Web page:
As ban on printed 3-D guns ends, extension sought
Nov. 17, 2013
ALBANY, New York (AP) — As the technology to print 3-D firearms advances, a federal law that banned the undetectable guns is about to expire.
Sen. Chuck Schumer says he's seeking an extension of the law before it expires Dec. 9.
He said the technology of so-called 3-D printing has advanced to the point anyone with $1,000 and an Internet connection can access the plastic parts that can be fitted into a gun. Those firearms can't be detected by metal detectors or X-ray machines.
Schumer says that means anyone can download a gun cheaply, then take the weapons anywhere, including high-security areas.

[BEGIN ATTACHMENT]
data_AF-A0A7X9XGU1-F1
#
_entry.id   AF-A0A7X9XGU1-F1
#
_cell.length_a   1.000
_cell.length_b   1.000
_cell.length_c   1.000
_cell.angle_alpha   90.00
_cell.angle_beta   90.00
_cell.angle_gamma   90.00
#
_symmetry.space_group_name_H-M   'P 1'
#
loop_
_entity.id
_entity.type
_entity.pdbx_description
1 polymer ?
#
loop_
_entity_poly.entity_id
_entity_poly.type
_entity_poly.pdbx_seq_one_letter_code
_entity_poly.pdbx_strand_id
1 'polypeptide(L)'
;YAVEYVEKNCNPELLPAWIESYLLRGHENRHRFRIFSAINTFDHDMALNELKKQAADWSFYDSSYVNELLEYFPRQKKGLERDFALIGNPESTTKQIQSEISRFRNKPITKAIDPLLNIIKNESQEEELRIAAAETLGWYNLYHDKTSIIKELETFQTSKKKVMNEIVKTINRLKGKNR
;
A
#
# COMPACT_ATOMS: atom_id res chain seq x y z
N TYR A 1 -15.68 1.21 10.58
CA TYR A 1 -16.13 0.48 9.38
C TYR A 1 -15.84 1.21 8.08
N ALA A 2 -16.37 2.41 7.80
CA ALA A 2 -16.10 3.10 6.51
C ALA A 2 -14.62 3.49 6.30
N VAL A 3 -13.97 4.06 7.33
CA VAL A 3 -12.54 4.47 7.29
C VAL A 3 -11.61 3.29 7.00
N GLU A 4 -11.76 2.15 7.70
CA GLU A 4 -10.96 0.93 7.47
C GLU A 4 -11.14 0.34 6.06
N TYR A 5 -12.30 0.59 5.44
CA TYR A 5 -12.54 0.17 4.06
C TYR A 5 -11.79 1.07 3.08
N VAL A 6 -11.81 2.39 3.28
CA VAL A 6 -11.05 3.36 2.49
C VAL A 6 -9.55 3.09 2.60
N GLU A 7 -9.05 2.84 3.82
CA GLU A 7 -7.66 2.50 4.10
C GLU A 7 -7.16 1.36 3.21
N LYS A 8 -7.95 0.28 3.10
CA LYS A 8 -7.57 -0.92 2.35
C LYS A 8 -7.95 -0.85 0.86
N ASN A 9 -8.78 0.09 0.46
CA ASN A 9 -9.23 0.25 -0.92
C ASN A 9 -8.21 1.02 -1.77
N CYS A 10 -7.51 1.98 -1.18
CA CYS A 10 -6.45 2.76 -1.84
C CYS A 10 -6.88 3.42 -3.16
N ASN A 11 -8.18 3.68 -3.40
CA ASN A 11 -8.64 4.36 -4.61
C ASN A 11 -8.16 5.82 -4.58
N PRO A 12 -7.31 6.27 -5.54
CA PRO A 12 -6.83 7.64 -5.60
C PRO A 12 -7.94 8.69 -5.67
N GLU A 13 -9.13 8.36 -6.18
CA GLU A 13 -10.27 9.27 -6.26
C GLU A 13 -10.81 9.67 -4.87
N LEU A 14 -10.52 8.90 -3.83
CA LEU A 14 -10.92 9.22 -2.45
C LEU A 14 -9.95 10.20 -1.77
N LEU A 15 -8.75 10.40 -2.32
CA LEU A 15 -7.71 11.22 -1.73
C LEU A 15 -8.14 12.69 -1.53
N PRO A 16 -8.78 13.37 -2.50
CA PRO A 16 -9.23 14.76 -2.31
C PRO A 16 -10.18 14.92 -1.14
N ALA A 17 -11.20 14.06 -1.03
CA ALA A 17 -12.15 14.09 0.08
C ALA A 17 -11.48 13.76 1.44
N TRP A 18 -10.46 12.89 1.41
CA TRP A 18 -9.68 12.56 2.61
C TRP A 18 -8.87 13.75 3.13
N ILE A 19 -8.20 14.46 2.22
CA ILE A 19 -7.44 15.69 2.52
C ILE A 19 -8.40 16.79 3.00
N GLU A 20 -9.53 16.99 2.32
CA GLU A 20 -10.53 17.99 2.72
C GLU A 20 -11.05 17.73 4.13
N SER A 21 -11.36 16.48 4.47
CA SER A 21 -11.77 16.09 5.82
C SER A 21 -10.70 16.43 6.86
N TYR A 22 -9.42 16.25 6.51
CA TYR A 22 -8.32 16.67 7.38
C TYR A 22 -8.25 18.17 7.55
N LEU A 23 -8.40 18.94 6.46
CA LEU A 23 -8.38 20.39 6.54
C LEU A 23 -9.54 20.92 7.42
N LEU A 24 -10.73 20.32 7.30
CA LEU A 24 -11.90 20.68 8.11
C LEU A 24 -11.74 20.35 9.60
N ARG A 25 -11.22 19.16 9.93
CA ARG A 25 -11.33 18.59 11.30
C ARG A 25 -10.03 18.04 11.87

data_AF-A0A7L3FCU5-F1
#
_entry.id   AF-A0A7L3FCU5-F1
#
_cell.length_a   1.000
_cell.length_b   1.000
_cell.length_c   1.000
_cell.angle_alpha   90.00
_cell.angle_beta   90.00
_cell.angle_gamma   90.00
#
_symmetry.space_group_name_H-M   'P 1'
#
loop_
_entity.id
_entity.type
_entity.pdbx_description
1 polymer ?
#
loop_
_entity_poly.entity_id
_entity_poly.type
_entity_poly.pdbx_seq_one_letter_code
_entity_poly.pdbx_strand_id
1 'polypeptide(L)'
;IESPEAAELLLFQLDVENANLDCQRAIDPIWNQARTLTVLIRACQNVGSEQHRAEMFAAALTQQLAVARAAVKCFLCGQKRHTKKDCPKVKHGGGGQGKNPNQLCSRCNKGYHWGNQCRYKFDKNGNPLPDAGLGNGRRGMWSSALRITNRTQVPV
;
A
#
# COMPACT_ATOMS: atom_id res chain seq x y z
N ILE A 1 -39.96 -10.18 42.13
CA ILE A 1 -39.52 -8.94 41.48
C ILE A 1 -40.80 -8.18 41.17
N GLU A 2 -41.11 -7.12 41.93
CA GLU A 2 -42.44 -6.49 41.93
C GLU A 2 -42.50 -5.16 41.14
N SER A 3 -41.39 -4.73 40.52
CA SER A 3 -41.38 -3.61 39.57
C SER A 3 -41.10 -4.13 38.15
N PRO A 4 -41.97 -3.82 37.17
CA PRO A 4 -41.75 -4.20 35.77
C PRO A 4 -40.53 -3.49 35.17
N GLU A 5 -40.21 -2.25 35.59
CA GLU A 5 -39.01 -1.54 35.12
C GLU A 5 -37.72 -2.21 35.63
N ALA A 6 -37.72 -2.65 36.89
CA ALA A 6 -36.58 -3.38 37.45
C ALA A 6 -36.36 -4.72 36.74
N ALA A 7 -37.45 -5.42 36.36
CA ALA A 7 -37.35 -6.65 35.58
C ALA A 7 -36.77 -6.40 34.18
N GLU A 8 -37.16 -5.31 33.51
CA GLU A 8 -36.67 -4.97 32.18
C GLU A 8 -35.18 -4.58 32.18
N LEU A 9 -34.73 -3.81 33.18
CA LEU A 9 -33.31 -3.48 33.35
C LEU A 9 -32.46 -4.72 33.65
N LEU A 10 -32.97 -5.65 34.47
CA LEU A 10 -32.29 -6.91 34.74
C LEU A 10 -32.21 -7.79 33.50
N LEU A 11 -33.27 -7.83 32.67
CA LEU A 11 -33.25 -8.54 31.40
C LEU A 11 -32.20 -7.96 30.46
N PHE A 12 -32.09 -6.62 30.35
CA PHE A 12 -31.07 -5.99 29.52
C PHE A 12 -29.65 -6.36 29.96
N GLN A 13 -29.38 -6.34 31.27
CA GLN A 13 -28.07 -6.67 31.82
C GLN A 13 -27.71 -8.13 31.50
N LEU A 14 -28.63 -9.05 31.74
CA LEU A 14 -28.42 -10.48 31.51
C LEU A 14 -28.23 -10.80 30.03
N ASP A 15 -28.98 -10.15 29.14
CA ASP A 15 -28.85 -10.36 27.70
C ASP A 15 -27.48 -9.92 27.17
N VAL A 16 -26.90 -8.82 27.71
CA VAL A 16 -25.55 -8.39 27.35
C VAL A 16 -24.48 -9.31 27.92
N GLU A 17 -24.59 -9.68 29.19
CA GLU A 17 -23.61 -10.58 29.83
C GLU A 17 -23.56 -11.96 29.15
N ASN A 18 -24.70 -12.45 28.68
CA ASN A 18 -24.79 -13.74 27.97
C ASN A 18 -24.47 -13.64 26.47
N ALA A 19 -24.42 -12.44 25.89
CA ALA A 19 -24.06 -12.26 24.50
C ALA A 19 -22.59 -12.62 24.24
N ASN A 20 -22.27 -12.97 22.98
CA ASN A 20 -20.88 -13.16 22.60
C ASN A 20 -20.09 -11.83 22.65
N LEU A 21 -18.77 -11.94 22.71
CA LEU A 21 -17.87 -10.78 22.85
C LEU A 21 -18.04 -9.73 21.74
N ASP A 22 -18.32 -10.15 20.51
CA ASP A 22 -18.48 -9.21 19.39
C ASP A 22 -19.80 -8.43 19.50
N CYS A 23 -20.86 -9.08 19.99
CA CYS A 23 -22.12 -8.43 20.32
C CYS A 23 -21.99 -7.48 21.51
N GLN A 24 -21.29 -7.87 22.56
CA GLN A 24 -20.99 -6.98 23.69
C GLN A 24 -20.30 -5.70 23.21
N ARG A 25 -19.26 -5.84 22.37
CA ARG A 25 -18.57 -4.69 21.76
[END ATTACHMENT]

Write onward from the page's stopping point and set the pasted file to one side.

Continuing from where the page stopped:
The Democrat is pushing the extension along with Sens. Patrick Leahy of Vermont and Bill Nelson of Florida. The effort was announced Sunday.
The technology has recently advanced to create handguns capable of shooting several shots, rather than just one, before it ceases to function. Schumer also says the guns can now be made with all plastic parts, and no metal.
A blueprint for one such firearm was recently downloaded more than 100,000 times, Schumer says.
"We are looking at a world in which anyone with a little bit of cash can bring an undetectable gun that can fire multiple bullets anywhere — including planes, government buildings, sporting events and schools," Schumer said. "3-D printers are a miraculous technology that have the potential to revolutionize manufacturing, but we need to make sure they are not being used to make deadly, undetectable weapons."